flexible work and alternative-path programs such as
opportunities for part-time, home working, or even
internal job rotation to provide flexibility in balancing
the needs of both work and life, as just one of their
routes for flexible working.
Programs such as this are invaluable to employees
as they generate ‘workplace happiness’. The Harvard
Business Review has conducted a decade of research
which demonstrates that happiness increases nearly
every business and educational outcome: raising sales
by 37 percent, productivity by 31 percent, and accuracy
on tasks by 19 percent.
n Professional Development
In many cases, consultants stay in the industry due
to their love of the profession, the ability to drive
change and work with a wide variety of people and
clients. In order to retain this motivation, a clear
path of progression is essential to avoid feelings of
stagnation. As a firm that has great appreciation for
both culture and progression; A. T. Kearney is aware
that long-term success depends upon the individual
progression of consultants and makes every effort
to accelerate the progress of consultants along a
clearly defined career path.
Advances can be made as rapidly as abilities allow.
The firm was also recognized as a ‘Top Employer for
Career Progression’ in 2014 in the ‘Top Employer’
Awards. The Boston Consulting Group also offers
unique programs for top performers that reward top
talent at the firm, such as ‘The Strategy Institute’—a
special international project team that develops a long-term look at strategy and competitive advantage.
To ensure their employees are actively striving
to improve, top tier consultancy firms implement an
‘up or out’ policy. Formal performance reviews are
given at the end of every project, where consultants
must demonstrate that they have developed their
skillset in the desired capacity, otherwise there may
be a suggestion for ‘Exit’. As an alternative approach,
McKinsey & Company has a ‘subject matter expert
track’, which moves consultants into specialist
practices—indicating a more ‘grow or go’ attitude,
which in turn improves employee morale and adds to
a culture of collective growth and development.
n Team Spirit
Many tasks within consulting require co-operation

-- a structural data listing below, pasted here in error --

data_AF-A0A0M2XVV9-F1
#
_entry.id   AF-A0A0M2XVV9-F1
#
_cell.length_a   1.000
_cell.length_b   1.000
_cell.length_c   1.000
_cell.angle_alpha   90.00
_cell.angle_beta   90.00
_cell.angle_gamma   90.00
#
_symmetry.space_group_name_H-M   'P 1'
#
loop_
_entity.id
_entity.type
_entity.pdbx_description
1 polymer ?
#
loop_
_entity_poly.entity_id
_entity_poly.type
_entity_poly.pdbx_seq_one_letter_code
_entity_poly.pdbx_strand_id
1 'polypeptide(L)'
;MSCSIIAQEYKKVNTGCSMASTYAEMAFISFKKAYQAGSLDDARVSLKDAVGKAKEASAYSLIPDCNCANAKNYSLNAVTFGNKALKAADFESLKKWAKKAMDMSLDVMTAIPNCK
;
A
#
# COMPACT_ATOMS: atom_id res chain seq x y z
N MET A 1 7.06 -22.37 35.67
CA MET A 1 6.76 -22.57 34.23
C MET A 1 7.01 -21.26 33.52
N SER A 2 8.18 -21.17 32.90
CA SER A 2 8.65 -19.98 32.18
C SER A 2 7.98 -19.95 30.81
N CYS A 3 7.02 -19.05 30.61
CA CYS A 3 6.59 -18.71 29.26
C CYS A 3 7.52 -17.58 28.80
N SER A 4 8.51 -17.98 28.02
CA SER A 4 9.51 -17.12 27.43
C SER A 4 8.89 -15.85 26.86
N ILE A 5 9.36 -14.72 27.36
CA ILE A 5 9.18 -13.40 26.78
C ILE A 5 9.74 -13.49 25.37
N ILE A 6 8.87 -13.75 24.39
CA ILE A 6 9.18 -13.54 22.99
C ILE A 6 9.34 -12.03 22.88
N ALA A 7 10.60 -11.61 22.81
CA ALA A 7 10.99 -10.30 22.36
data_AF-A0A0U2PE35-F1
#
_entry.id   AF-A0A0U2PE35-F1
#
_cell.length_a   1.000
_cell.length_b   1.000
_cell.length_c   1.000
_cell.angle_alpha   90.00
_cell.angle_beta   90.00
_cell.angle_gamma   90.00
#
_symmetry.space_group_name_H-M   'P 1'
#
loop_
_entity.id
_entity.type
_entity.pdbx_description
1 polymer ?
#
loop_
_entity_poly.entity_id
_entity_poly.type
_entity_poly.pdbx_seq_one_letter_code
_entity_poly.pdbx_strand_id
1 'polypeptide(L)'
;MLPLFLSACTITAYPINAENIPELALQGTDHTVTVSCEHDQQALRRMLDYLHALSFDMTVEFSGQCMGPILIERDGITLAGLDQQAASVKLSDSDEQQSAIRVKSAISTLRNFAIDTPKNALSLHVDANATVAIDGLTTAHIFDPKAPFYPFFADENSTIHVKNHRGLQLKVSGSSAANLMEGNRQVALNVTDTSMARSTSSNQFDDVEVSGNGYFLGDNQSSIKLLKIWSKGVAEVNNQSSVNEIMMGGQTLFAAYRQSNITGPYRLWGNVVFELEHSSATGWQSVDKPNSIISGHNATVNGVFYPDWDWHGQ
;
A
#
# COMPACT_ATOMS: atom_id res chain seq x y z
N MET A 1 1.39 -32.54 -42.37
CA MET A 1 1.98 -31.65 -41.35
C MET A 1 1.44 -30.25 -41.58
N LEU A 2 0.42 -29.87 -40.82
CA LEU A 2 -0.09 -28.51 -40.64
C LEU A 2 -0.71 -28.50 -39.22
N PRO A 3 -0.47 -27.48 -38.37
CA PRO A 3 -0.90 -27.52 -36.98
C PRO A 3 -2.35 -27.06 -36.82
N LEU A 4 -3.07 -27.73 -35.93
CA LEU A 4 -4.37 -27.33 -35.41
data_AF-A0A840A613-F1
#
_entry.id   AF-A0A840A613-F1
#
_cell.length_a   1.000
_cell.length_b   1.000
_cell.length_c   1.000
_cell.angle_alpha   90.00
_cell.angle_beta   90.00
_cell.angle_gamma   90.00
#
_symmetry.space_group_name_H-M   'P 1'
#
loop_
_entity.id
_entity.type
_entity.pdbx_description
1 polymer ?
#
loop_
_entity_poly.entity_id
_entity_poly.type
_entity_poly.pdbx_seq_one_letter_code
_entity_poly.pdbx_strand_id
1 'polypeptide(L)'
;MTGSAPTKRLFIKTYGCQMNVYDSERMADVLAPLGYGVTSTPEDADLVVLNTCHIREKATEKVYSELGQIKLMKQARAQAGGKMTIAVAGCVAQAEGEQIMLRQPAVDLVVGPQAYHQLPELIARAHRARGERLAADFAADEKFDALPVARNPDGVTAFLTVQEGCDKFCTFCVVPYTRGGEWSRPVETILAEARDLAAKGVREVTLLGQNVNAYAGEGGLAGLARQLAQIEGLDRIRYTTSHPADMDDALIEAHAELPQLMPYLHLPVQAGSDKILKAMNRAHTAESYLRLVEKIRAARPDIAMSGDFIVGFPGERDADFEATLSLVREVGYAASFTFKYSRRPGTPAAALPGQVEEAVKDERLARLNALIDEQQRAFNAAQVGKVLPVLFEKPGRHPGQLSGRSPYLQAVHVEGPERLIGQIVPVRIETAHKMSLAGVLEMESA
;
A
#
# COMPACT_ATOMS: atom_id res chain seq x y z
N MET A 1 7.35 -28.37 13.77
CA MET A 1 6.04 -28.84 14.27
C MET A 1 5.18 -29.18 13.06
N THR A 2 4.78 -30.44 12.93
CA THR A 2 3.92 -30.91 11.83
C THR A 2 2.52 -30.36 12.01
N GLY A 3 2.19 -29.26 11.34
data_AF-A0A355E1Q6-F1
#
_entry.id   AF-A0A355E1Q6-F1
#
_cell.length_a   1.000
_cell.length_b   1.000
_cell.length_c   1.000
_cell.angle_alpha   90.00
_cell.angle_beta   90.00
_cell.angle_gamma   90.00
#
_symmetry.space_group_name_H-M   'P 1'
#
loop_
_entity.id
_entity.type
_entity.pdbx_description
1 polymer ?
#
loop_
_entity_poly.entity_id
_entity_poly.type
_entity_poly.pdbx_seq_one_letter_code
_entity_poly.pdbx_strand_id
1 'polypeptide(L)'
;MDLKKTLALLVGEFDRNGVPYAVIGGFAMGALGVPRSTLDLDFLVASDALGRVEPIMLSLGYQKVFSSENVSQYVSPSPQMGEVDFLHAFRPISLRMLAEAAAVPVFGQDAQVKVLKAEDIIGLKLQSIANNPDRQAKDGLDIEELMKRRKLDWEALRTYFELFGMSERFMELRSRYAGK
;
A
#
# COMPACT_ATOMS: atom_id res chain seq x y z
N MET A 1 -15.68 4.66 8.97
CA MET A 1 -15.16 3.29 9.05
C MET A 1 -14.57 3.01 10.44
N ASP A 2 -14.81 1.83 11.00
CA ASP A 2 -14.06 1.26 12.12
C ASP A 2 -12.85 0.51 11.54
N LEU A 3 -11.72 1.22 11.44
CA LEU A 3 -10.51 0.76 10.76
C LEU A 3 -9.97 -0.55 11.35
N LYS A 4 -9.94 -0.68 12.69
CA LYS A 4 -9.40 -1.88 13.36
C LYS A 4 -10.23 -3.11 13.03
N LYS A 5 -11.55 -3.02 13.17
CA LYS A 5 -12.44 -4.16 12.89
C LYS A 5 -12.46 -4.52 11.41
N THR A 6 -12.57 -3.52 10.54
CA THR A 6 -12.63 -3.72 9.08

between team members, for example; project planning
and execution. In an approach to addressing the team
work objective, The Boston Consulting Group worked
with Professor Leslie Perlow of Harvard Business School
to create a global program called PTO (Predictability,
Teaming, and Open Communication). PTO establishes
a detailed road map for every BCG project.
These maps include transparent working norms
and priorities and a collectively agreed-on time-off
goal for each team member. The idea is to build a
deeper understanding of how to manage complex
projects, connect more deeply with colleagues and
clients, and build the teamwork and leadership skills
of BCG consultants.
Hiring people that share drive and determination
is a great starting point for fostering team spirit and
creating a collaborative team culture. Firms also
practice morale building strategies, such as organizing
group activities to bring staff closer together such as
all consultant meetings.
Bain & Company also participates in a cooperative working style that emphasizes teamwork,
trust and tolerance for diverging opinions, which
is driven by the company's “one team” structure.
In an industry with such high opposition rates, the
collaboration and partnership between team members
can be a significant factor in successful and effective
project management, which ensures they can triumph
collectively against competitors.
WHAT DOES THIS MEAN?
Working within a firm with a culture that fits their
personality can have a major impact an individual’s
professional development. A strong cultural fit can allow
individuals to feel at “home”, grow as an employee,
learn new skills and take on further responsibility.
This benefits both the firm and the individual, allowing
them to grow and develop together.
Culture is a boundless mediating factor in firm
accomplishment. It should be respected and valued,
the ripple effects of a firm with a great culture are
directly correlated to performance and success,
including efficiency and earnings. Once the culture is
learned within a business, it lays the foundation for
direction, aspiration and objective for the future.
As Simon Sinek, author of Start with Why: How
Great Leaders Inspire Everyone to Take Action has
said: “When people are financially invested, they
want a return. When people are emotionally invested,
they want to contribute.”
Fiona McKenzie-Wilde is a Research Executive at IRG Executive
Search and Selection.